It's only a strawman if nobody is arguing it. Half the people in this thread are saying that we'll get all these people off the couch and to the polls if only we nominate people who are way out on the left, while I've been saying that a candidate who is both (1) moderate and (2) actually a good, engaging candidate is the way to go. If you're not proposing a far-left person, then I'm not actually arguing with you, I'm arguing with them.

Quote :
"I would argue, in general, there is no such thing as apolitical, there is just engaged or not engaged, or privileged enough to not worry. Politics isn't a sports team, it affects the every day lives of many people. I would argue that ignorance, apathy, suppression and/or frustration are more likely to be be traits that describe non voters. This is more obvious with registered non voters (outside of automatic registration states I suppose). They were once engaged/political enough to at least register, then something changed..."


Politics very much is a sports team for many people, which is why there are so many people who voted for Trump and continue to support him because he beat "the other team."

I'm not going to quibble with you over what we mean when we say "apolitical," because to me, a combination of "ignorance, apathy, and/or frustration" pretty much fits the bill. And particularly within the sphere of registered voters, yes, there are always going to be some who used to vote, or could be enticed to vote, or what have you. But "apathy" and "don't think my vote counts" are typically the top responses in polls about why people didn't vote. These are not the low-hanging fruit of electoral politics. You have to get their attention, motivate them enough to become engaged in the process, and make sure they're engaged in your favor. What I'm arguing is that (1) going with a super-progressive candidate is unlikely to achieve these things, (2) even if you did manage to succeed to some extent, by the time you account for the disaffected moderates and energized conservatives, you're not gaining much, and (3) even if you won, the backlash in this case would be terrible.

On the flip side, a high-quality moderate candidate - that is, a charismatic, energizing, fresh-faced one - gets people out in droves. Several people in this thread have been inadvertently making the case for me the whole time. Barack Obama was a very centrist President, they whine out of one side of their mouths - while out of the other they point out that he motivated a lot of people to go to the polls. No shit. Barack Obama was young, black, hip, funny, cool, and attractive. His opponents were white guys who were either extremely old or extremely un-hip.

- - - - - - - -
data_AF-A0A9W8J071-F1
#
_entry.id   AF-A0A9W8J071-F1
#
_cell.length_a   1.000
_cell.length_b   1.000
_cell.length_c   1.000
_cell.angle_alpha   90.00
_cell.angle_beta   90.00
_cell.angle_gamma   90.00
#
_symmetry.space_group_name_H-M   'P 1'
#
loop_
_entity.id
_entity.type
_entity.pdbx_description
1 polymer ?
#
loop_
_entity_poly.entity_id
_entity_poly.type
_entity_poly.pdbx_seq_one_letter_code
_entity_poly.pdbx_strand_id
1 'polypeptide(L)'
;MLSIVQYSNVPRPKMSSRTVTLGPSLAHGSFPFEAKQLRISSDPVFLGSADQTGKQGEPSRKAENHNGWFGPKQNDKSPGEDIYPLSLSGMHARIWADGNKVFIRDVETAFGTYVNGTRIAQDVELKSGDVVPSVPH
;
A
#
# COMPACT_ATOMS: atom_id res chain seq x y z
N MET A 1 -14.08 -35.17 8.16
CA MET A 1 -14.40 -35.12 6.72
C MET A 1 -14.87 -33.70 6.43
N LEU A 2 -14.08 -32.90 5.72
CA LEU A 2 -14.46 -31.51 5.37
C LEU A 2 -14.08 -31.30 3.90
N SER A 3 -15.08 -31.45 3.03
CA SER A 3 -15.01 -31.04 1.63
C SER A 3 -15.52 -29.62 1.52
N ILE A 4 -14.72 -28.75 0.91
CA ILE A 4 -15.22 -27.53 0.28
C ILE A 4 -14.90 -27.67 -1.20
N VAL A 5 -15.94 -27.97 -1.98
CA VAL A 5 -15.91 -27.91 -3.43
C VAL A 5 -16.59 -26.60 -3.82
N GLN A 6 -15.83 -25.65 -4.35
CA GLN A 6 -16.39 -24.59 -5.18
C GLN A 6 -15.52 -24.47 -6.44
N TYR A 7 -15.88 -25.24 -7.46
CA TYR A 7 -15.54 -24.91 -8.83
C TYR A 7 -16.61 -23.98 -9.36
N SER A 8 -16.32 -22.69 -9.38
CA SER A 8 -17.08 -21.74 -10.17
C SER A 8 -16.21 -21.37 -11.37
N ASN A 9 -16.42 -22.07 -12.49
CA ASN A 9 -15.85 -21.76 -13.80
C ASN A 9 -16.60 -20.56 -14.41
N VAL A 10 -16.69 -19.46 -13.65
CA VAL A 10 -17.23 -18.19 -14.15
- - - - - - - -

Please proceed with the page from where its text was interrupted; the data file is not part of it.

Some of these guys loathe Booker and Harris because they're too centrist, but they'd get out the vote in a way that Elizabeth Warren is never going to be able to do. They're not ideal - nobody's mistaking any of this crowd of candidates for being the next JFK or anything - but unless a real political genius pops up in the next two years, I say go with the candidate who is more likely to end the present regime, and start taking your chances with real progressive policy candidates in 2022 or 2024.

11/2/2018 5:57:07 PM

nacstate
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I wouldn't be surprised if Beto runs to take the baton from Bernie to keep pushing the liberal agenda.

11/7/2018 9:50:54 AM

Shrike
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Joe Biden wakes up this morning, sees that Democrats won the statewide races in Michigan, Wisconsin and Pennsylvania, probably thinks he can be President.

11/7/2018 9:53:40 AM

bdmazur
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https://www.politico.com/story/2018/11/08/eric-swalwell-president-2020-975846

11/8/2018 6:56:36 PM

TerdFerguson
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That’s a big “meh” to me.

11/8/2018 8:38:09 PM

adultswim
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Biden has no chance:

https://www.jacobinmag.com/2018/08/joe-biden-president-busing-racism
https://www.jacobinmag.com/2018/08/joe-biden-democratic-party-military-hawk
https://www.jacobinmag.com/2018/08/joe-biden-neoliberal-democrat-conservative-lobbying
https://www.jacobinmag.com/2018/08/biden-crime-mass-incarceration-police-prisons
https://www.jacobinmag.com/2018/08/joe-biden-abortion-president

11/8/2018 8:49:56 PM

dtownral
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Hillary Will Run Again
https://www.wsj.com/articles/hillary-will-run-again-1541963599

11/12/2018 1:56:24 PM

moron
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Quote :
"Please add context here: this is Mark Penn, the former "Clinton aide" who was summarily fired in 2008 after he urged Clinton to go full racist against Obama and call him a threat to American values.

Penn has not been privy to Clinton's thoughts for years, if indeed he ever was."

11/12/2018 3:54:33 PM

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Yeah I don't buy it

11/12/2018 4:55:51 PM

bubster5041
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Quote :
"fired in 2008 after he urged Clinton to go full racist against Obama and call him a threat to American values"


Deserved firing, but turned out to be pretty prescient eight years later.

11/12/2018 5:35:25 PM

shoot
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https://www.yang2020.com/

He's running for president! He wants to challenge Donald Trump!

11/30/2018 8:34:40 AM